Claim: The Ambassador Bridge owns all property on both sides of the river needed to complete its span except for a ¼ acre parcel of contaminated park (which has been closed to the public for more than 10 years) owned by the city of Detroit

Response: Public parks are protected by federal law. The Bridge owners have illegally seized this park as if they are not bound by the laws of the land. Likewise, they claim they are a “federal instrumentality”. The U.S. Attorney has petitioned the federal courts to have the Bridge owners cease that claim.

Claim: Past and future capital investments by the Ambassador Bridge are eligible for “Toll Credits” which can be used as local matching funds to U.S. federal funding for road and bridge repairs.

Response: The Ambassador Bridge has refused to make any information available to support its claim, after multiple requests from MDOT to do so. On the other hand, expenditures on DRIC will be readily available for public review and, as such, available to gain “Toll Credits” for use on other projects throughout Michigan.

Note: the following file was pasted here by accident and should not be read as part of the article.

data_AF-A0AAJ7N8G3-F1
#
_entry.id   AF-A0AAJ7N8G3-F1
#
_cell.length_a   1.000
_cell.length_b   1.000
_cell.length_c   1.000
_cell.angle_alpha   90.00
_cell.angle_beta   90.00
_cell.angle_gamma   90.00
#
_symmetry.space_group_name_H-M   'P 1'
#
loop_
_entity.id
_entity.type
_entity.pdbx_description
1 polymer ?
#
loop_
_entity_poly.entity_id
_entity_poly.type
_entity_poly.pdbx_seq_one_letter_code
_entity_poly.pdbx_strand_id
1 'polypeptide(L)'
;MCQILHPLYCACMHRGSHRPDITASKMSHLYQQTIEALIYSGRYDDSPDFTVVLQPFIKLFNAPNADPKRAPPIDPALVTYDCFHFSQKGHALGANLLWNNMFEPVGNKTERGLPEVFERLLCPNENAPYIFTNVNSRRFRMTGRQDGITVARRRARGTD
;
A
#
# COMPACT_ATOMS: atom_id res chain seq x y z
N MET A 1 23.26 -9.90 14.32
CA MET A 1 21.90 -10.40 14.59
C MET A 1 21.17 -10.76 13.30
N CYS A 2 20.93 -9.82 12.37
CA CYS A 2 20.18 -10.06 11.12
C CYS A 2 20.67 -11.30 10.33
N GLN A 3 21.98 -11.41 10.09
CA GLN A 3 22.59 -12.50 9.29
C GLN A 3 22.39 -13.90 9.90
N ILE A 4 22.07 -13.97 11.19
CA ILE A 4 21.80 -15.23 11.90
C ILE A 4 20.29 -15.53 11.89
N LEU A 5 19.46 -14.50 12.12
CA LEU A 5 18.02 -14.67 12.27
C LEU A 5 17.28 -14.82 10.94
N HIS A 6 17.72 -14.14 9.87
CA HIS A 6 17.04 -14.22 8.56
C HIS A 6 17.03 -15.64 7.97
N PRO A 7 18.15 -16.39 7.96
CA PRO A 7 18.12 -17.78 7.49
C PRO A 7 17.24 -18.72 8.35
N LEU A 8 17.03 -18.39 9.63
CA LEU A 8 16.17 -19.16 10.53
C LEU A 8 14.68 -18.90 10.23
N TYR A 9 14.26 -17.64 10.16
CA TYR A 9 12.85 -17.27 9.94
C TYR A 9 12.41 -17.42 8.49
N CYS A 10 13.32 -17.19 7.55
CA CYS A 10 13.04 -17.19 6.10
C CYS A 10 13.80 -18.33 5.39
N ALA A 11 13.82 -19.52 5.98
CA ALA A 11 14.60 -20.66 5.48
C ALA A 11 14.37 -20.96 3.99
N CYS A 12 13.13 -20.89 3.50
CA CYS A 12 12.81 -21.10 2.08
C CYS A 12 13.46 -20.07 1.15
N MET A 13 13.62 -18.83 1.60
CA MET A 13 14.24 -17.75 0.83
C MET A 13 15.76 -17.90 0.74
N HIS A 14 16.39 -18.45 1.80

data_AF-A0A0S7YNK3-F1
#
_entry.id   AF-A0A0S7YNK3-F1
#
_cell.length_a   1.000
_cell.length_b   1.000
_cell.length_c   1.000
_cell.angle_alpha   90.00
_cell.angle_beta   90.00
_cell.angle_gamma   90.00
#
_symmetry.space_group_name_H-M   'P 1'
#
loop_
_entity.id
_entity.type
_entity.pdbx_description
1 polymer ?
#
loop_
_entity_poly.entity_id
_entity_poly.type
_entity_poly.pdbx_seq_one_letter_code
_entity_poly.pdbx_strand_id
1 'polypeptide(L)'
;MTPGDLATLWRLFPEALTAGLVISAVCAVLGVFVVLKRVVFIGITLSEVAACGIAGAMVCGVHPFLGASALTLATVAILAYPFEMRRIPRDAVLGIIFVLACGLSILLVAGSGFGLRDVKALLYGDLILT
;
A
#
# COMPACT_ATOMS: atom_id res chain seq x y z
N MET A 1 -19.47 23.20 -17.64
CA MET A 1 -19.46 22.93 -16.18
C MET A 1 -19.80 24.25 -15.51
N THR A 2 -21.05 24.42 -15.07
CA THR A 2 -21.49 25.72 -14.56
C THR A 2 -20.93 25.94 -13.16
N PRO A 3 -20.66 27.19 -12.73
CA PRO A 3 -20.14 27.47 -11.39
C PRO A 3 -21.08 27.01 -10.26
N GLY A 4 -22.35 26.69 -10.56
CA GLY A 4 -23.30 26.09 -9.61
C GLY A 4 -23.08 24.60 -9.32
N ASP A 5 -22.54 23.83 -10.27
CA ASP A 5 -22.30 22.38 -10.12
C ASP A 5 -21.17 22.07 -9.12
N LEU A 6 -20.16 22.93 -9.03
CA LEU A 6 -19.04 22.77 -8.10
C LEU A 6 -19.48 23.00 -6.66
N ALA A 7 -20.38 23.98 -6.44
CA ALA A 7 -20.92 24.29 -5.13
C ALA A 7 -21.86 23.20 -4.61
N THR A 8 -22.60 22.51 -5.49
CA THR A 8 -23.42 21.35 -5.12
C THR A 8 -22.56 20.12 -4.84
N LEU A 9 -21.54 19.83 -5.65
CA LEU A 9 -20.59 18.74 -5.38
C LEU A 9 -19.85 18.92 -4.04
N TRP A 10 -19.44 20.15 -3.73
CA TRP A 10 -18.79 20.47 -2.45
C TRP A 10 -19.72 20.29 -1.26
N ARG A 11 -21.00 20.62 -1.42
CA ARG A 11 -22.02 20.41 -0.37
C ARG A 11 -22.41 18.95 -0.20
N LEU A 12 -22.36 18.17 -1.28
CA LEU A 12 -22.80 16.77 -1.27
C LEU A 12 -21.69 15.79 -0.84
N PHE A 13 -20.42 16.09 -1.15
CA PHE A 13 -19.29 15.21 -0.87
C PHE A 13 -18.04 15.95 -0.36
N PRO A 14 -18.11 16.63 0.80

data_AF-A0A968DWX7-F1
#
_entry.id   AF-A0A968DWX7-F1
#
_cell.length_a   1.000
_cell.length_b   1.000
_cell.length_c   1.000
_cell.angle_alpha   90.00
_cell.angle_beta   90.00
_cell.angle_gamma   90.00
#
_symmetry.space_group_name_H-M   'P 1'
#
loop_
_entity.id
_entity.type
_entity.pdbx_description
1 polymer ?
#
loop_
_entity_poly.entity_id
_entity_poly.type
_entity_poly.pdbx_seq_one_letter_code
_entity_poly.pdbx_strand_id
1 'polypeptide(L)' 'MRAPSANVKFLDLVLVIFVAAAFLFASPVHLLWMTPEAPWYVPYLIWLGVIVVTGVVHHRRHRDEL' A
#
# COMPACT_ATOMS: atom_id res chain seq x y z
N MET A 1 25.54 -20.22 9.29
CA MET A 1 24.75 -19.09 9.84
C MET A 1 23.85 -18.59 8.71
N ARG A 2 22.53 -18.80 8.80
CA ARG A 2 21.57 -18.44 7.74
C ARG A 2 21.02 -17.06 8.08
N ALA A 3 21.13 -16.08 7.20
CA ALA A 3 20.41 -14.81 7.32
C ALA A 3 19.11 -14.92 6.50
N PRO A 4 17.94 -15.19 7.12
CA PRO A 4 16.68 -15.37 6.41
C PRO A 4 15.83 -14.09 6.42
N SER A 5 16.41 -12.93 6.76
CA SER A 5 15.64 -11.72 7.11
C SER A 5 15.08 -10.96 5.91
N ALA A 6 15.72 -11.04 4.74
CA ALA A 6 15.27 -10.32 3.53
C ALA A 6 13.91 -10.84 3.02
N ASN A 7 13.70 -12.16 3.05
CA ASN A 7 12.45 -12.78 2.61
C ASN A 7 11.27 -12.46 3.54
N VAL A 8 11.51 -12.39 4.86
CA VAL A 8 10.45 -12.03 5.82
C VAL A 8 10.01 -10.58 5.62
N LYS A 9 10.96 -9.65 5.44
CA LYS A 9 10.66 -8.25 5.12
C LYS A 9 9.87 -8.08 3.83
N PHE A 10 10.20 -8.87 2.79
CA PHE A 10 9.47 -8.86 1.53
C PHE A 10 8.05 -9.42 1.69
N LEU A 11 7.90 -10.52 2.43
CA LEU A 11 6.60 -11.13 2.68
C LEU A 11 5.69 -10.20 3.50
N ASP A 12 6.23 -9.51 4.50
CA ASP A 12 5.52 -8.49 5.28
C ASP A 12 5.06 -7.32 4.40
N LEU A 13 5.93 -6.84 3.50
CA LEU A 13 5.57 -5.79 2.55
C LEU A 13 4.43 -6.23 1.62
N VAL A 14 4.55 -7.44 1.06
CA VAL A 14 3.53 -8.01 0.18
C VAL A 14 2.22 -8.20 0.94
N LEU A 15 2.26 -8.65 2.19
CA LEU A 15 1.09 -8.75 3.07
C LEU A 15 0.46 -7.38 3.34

Claim: The Ambassador Bridge has invested $500 million to fulfill its obligation to replace the original span.

Response: The claim of a $500 million investment is unsubstantiated. And, it is a different claim than made in testimony before the Michigan Legislature on May 19, 2008, when the Ambassador Bridge representatives stated “…the Ambassador Bridge has invested over $500 million–a half billion dollars–in property acquisitions on both the U.S. and Canadian sides of the river.” Just as in the Toll Credits instance, talk is not substantiated.

Claim: The Ambassador Bridge owners are fully committed to the Gateway Agreement.

Response: If this claim were true, there would not be multiple lawsuits on the Gateway Project to require enforcement of the agreement because the Bridge owners failed to complete the project as agreed. This position has been ratified by decisions of Judge Edwards.

Fact Check #2

Keeping the Facts Straight on the DRIC and Public Private Partnership Legislation

There is a deliberate misinformation campaign being waged against H.B. 4961, to block legislation that would allow public private partnership projects (including the Detroit River International Crossing project) to be built in Michigan. Below is a list of organizations that support and oppose the DRIC project.